Iowa enacts school choice bill, giving more opportunities for Catholic schools
(OSV News) — A new law that passed swiftly by the Iowa Legislature on Jan. 24 gives more families the opportunity to choose between sending their children to private or public schools in Iowa, beginning with the next school year, 2023-24.
“I am thrilled that both the Iowa House and the Iowa Senate have passed the Students First Act and I look forward to signing it into law later today,” Gov. Kim Reynolds said in a Jan. 24 statement. “For the first time, we will fund students instead of a system, a decisive step in ensuring that every child in Iowa can receive the best education possible. Parents, not the government, can now choose the education setting best suited to their child regardless of their income or zip code. With this bill, Iowa has affirmed that educational freedom belongs to all, not just those who can afford it.”
“It’s an exciting time for parents, who now have some flexibility to determine where their children go to school,” Lynne Devaney, superintendent of schools for the Diocese of Davenport, told The Catholic Messenger. “We’re just beginning to understand the accountability for the dollars being allocated and we’re thankful to the state of Iowa for its support.”
The bill has been a top priority of Gov. Kim Reynolds, who reintroduced it this year after an earlier version failed last year. Republicans, who control the House and Senate, supported the bill. A public hearing held Jan. 17 attracted both supporters and opponents of the measure, which has an estimated cost of $341 million annually.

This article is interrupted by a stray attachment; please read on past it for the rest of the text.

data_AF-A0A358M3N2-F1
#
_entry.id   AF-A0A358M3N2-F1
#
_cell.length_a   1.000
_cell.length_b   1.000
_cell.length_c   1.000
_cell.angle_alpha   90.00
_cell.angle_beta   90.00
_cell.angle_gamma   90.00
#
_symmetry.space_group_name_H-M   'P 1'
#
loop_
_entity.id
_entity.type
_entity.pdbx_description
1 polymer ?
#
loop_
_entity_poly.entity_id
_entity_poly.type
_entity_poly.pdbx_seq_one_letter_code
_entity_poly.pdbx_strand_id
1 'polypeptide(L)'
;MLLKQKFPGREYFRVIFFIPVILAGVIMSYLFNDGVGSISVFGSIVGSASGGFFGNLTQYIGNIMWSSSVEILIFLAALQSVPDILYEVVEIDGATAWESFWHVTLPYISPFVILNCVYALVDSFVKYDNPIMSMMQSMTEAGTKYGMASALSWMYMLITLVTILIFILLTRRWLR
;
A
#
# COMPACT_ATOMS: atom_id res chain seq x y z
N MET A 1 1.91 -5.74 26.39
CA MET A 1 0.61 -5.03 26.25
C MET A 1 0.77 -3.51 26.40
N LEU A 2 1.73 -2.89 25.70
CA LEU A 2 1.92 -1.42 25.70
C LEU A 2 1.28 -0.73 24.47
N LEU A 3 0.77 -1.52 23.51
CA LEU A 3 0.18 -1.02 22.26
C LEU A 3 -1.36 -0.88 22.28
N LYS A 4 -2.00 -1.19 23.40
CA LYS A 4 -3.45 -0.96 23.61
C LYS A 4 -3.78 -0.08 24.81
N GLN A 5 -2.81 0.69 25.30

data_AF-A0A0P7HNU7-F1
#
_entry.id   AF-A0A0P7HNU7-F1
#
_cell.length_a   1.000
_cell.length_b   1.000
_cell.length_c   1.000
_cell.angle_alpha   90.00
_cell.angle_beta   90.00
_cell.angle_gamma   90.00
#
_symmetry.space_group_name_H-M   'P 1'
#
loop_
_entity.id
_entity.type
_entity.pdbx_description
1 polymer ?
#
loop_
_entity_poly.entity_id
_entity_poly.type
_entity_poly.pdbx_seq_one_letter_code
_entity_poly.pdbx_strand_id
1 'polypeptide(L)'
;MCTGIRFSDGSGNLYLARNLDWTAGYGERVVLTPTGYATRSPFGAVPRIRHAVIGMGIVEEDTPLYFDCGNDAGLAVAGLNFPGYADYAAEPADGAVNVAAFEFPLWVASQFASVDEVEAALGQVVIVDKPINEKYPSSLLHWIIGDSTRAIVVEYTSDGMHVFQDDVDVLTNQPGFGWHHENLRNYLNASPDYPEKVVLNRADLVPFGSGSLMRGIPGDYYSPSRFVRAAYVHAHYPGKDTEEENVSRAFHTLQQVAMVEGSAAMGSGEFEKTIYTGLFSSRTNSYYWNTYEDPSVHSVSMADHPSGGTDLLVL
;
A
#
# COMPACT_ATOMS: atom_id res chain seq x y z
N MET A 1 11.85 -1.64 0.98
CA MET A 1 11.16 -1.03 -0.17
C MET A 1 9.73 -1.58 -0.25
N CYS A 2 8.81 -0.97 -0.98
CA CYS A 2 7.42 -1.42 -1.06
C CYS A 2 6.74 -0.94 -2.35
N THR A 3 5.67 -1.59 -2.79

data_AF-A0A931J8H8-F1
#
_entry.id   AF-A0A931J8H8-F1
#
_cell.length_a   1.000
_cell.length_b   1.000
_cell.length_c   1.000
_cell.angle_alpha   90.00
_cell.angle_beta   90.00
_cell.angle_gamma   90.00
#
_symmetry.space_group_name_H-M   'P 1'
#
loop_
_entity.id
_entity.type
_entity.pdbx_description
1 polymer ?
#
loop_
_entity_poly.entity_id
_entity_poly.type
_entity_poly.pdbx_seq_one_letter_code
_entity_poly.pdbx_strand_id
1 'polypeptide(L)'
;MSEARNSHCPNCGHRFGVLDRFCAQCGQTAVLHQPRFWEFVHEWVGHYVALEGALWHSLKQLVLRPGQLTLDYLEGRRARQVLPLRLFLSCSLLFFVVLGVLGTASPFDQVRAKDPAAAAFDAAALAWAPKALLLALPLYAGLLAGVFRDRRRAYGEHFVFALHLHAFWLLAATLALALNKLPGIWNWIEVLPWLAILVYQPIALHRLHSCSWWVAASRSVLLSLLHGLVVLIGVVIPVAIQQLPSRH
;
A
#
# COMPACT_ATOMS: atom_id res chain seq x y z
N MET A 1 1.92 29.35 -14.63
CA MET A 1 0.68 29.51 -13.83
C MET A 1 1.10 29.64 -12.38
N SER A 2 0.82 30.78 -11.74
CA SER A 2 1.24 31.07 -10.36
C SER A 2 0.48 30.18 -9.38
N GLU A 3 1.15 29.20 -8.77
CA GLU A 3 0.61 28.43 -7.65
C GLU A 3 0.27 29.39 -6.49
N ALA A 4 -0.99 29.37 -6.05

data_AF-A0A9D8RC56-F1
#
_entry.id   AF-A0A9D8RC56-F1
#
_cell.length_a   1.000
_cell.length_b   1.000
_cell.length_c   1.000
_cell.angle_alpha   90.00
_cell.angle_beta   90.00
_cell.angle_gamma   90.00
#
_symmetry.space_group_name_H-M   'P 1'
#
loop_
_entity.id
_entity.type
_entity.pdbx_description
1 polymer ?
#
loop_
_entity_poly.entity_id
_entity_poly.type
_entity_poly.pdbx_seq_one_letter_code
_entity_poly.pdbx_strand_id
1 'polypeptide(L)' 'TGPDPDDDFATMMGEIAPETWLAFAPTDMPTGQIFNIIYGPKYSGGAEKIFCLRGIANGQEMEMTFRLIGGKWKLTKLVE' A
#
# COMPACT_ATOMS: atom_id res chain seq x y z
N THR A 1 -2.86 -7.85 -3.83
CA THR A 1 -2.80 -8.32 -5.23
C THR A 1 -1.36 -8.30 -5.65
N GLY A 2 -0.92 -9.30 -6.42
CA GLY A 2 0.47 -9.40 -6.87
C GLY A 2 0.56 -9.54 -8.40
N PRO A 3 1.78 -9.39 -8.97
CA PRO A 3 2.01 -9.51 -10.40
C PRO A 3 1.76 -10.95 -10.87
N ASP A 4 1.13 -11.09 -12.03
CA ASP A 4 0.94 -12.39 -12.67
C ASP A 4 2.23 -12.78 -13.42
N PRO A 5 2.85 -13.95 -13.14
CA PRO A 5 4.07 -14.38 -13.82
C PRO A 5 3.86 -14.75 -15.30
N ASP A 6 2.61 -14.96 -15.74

Parents who choose to send their children to an accredited private school will receive $7,598 per student through an ESA (Educational Savings Account) allocated by the state for use of qualified tuition, fees and other expenses under the bill. Currently, the state provides the same amount, $7,598, to public school districts for each child attending a public school in their district, according to the Iowa Catholic Conference.
If tuition is less than the ESA, “those extra funds will remain in the ESA and roll over into the next year. Anything extra left when the student graduates from high school reverts back to the state general fund,” said Trish Wilger, executive director of Iowa Alliance for Choice in Education and Iowa Advocates for Choice in Education. In addition, public schools will retain $1,205 for each student residing in their district. “This funding will help public schools cover fixed costs.”